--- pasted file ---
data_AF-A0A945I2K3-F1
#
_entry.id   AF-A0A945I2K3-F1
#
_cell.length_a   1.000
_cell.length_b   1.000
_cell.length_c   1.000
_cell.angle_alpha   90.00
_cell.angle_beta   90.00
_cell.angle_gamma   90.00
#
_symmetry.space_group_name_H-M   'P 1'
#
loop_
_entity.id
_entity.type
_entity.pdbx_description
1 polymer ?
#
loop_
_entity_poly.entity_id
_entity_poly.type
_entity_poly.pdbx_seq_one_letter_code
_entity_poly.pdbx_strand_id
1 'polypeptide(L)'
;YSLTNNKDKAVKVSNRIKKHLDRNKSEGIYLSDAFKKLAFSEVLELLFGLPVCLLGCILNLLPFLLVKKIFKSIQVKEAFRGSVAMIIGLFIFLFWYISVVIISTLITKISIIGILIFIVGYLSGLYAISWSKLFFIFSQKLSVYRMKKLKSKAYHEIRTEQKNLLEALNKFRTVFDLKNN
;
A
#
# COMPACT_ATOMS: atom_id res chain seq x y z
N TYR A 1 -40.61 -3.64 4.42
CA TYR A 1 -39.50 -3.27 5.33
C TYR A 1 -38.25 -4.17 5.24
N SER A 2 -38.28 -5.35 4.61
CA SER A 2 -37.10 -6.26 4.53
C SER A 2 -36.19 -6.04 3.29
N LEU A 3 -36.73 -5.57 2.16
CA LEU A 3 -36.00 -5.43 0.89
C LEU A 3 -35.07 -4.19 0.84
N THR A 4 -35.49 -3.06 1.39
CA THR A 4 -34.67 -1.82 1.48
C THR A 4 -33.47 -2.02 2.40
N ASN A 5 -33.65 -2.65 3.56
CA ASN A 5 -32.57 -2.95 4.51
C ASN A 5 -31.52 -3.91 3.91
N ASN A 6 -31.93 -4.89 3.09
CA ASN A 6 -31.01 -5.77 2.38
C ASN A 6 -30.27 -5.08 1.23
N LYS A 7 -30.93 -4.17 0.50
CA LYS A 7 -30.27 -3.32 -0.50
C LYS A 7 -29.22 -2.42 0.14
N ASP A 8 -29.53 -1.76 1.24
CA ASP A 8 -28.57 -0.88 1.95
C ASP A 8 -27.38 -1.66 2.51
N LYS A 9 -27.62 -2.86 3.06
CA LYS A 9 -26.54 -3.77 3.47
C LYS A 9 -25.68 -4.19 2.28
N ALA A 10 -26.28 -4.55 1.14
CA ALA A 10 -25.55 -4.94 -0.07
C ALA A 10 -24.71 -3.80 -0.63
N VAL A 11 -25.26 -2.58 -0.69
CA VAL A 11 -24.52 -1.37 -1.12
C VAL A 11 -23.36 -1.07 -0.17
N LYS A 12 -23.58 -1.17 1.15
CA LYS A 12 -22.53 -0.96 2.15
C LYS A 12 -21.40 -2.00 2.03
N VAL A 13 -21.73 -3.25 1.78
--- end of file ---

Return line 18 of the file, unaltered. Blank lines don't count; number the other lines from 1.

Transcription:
1 polymer ?